my mind’s just simple, it’s feeling my days, a dog crying out. These old
tablecloths

(Have you ever tried the trick where you yank something out from under something else and the something once on top merely wobbles in the wake of the absence of the thing that was yanked?)

But you needed something to shatter

Amy, Amy, at this distance you’re
the smell of liver,
tinnitus that keeps me up, afraid:
your fortressness must now be tested.
The way you took me in without
a surfeit click or

gesture: seagull kerchief
binding my gut to safety
on the swimming haul
among night-images.      I went to the place I was born
and it plainly was a bride. So I ran after her.

When she turned into a star I swallowed her.
And out of this uneasiness will come
an aster.

These are the ways to speak: tightly woven around an object, trailing a verb like wake, the tongue-language of bitch-ass, through a mini-book opened to seagull written with seagull ink.

Passengers 4 &5, I see that your plastic undershirt protects you, but the empty leash hangs from your heart…

Carried you this far. Dachshund in the snow. Lights
wink, now— I can’t take another step—      Why
push against me with your little red foot, so? For
tens and tens of blocks, & belly-up, and wheezing

later

we’re at the gate. Say, Mother! This is John I carry. A thing
drilled him invisibly—and now he make a hollow sound, a little like
a bathtub. Is it alright to bring him in? He’s heavy, and I—Oh. I see.

No.     What, leave him here
for nuns to find? Walk back?     (O I won’t make

it back)—we’d passed some hundred
restaurants—I have no money—and it rains—

You are gathering sleet that someone said was rain,
keeps insisting, “
it’s rain
but we hold our black gloves out and they are spotted with constellations.

You are taking wheezing dogs to gates and we are still married to them, still sporting the matching rings, although one is thinner, like a reed.

Walk hand-in-hand with your dog for so far and then, suddenly, your dog is gone and your empty hand is a paddle against the air, turning you in circles.

(When I had one thought
for months at a time. When I wore it
to white pebble.
Like a young horse
of a single color—)

IV.

Now, all of us sit with our tableaus arranged behind our wispy breastbones
and we are slowly drawn forward

Swept many thin things are
sideways in blue and pink
with whose broom, the evening sky
grand not speaking not a question

The rose thorn punctures the throat
she says, war, and plugs the small hole with tar

swallow a rose bouquet and then
swallow a war. What color
blooms inside?

And look: roses wait, the widowers.
Their brief terms are Nordic, a violin concerto.

Each is a number: an ardor in order.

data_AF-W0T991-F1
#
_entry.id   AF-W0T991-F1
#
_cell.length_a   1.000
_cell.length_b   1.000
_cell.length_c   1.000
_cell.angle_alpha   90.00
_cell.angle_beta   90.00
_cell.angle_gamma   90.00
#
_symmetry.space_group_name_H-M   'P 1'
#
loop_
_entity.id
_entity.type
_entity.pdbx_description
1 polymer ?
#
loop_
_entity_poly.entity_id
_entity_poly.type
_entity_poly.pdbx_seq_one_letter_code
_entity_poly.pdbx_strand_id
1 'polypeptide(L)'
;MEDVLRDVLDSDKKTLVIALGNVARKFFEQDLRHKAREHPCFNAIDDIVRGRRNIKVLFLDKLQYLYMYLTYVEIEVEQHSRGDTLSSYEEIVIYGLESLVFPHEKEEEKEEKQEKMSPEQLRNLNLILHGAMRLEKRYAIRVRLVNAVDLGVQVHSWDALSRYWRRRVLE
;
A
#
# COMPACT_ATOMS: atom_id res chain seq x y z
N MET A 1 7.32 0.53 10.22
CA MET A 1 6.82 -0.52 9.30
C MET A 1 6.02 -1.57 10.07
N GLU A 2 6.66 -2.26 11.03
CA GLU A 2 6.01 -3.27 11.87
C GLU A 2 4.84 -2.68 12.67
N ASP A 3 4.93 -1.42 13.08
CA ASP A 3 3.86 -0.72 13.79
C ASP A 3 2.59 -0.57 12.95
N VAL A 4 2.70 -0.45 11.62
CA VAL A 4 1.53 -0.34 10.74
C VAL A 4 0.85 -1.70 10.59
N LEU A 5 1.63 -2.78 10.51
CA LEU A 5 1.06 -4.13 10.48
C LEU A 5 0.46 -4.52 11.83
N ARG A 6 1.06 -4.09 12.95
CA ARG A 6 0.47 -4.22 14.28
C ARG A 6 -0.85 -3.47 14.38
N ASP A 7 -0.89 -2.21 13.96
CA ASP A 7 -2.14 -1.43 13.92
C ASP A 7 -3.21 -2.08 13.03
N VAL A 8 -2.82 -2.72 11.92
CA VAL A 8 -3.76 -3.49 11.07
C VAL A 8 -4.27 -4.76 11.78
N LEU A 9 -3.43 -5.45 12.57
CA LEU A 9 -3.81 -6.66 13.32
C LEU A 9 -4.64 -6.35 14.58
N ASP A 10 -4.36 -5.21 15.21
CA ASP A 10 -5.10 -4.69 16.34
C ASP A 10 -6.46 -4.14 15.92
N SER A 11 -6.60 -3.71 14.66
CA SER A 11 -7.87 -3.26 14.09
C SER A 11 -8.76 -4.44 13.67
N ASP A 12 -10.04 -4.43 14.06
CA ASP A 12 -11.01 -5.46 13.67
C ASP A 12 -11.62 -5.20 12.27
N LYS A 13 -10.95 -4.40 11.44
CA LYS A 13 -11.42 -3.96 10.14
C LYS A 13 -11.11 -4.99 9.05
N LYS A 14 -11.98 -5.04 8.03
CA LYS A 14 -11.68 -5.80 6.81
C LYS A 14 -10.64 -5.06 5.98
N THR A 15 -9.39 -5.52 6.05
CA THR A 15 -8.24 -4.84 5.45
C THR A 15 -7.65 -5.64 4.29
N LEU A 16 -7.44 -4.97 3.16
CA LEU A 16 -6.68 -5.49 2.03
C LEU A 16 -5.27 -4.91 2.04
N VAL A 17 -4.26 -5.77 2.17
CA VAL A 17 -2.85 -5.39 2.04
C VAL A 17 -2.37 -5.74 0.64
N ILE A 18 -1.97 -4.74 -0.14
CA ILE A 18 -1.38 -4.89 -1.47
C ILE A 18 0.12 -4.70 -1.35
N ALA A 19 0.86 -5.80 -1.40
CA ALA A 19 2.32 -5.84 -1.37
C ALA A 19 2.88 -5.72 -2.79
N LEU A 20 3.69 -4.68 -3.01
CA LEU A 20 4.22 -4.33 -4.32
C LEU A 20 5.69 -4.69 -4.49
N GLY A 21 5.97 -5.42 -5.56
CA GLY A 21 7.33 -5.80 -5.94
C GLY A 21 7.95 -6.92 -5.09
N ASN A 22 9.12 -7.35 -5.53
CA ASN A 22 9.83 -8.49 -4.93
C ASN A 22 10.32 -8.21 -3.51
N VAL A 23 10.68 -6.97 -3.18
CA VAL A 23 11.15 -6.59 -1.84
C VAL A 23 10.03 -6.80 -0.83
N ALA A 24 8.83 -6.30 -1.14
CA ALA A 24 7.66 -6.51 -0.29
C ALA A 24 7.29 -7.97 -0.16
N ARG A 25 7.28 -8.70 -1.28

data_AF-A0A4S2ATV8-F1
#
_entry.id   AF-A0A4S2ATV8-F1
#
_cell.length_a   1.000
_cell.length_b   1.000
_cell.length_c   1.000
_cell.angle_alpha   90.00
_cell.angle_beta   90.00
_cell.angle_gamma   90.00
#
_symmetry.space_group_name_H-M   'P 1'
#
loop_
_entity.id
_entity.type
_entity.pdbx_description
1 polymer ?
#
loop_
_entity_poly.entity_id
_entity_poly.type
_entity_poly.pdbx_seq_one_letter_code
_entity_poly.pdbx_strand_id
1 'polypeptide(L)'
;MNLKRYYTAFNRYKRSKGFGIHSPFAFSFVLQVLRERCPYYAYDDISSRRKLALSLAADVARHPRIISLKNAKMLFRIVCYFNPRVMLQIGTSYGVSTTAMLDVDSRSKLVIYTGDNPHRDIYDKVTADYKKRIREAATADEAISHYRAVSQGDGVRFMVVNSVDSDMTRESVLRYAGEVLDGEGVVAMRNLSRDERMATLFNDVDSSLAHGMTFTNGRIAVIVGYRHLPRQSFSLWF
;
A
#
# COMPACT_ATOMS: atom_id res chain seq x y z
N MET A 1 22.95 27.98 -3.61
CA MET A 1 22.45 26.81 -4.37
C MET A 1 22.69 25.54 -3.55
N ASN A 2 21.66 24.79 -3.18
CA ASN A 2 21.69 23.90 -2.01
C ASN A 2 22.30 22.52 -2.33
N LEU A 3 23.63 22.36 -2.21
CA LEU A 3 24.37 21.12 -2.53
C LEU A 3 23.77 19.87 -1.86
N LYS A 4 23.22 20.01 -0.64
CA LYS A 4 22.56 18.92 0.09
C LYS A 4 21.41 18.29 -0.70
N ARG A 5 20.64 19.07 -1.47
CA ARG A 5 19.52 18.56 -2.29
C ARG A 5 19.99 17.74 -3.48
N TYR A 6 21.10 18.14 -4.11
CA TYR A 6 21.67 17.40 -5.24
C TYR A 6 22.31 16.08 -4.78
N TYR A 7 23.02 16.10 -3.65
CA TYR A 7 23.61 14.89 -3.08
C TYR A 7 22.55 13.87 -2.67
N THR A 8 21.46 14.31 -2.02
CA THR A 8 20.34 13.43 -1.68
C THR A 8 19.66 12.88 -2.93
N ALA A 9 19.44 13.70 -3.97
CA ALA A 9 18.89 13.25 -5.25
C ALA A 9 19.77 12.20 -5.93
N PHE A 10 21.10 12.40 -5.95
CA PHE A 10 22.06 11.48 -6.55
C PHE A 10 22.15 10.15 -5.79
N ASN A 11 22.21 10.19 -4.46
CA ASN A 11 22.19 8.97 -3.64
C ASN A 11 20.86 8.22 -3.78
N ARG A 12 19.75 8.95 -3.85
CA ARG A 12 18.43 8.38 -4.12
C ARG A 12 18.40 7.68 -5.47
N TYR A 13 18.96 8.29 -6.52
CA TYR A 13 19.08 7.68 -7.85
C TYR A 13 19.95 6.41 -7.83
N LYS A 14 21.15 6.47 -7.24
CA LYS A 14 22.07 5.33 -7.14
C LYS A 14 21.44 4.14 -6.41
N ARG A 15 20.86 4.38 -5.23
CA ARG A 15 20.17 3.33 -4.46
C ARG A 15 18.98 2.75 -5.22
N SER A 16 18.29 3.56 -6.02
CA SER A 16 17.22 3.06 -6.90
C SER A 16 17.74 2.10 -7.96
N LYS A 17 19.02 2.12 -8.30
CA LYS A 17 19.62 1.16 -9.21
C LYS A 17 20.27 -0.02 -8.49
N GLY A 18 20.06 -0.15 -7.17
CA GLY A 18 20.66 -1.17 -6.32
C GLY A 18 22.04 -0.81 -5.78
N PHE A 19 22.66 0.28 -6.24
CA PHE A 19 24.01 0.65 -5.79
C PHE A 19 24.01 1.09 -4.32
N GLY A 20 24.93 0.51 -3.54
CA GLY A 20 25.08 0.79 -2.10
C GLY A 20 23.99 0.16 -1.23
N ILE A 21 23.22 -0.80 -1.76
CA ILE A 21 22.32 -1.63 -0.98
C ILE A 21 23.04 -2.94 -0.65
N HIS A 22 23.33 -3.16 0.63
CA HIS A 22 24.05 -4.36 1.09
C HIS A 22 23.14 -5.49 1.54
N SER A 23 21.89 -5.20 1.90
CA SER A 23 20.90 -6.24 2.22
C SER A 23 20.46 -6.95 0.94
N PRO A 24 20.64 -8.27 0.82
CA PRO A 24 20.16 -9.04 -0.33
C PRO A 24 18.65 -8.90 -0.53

Like them he is measured against pearly histories.

Releases that rudder. A little bit lower—
(You’ve almost forgotten–): There, we’ve both signed it.

He plays at being a thorn.

endurance is felt as the thorn inches deeper. What has been withstood, stood within the hour of emptied-out asters.

(the poem knows its limits, that is the Thing of the poem.)

On the shore of blue/pink sauntering in: We’ll find small, bleeding objects nestled in the sand, We’ll say, “My beloved, from which war did you arrive over waves?”

(The memory of a book of plastic cadavers and their innards, lovingly crafted and rested on black felt. An exquisite room, many chambered, dark red, blue/black, dappled by light through skin, latticed by light through ribs)

The caption: The heart laid open.

the sea and the sky and the stars, yet I keep collapsing inward.

(In our garden the vagrant would sleep
like this, under a low tree
in the center of a circle of cobbles.

I was turning circles like a weather vane. You nudged me from sleep and said, “Check your pockets to see if you are that vagrant…”

I’m almost crying, sewing, barking: almost slowing

down. What’s slain? Your name: a large curvy

European key. The hall door opens. Hall smells

of an old lion’s thoughts in a Zoo. You enter, close

opened windows. Your room’s summerless.

V.
End

“Always the beast has a remote heart.”

These poems equip us with all kinds of eye-pieces, micro to macro to mercurial.

They help us remember the kind of hearing that no one has been able to draw in anatomy books.

They open a nose that parts the stale ocean with fragrance and incise a tear duct within our third eye.

These poems inflate from our hearts like airbags that keep going out, past our collision and into the atmosphere.

They wear our hearts down to a small stone that we can skip across the sea.

They put us on a train that takes us to cold mountains, to hell’s orchard of chairs, to the gate, to blue washes over stars, to the master trailing the Dog-star, to the sunset before stars, to the stale and summerless room…and when we look out the window, we see, at the edge of the outermost regions of our sight, enveloping the whole commute, the dense inner petals of the rose.

“At the end of poetry the poem is no longer remote”

***

Kim Parko lives in Santa Fe, NM with her husband and dog. She is the author of Cure All (Caketrain Press, 2010)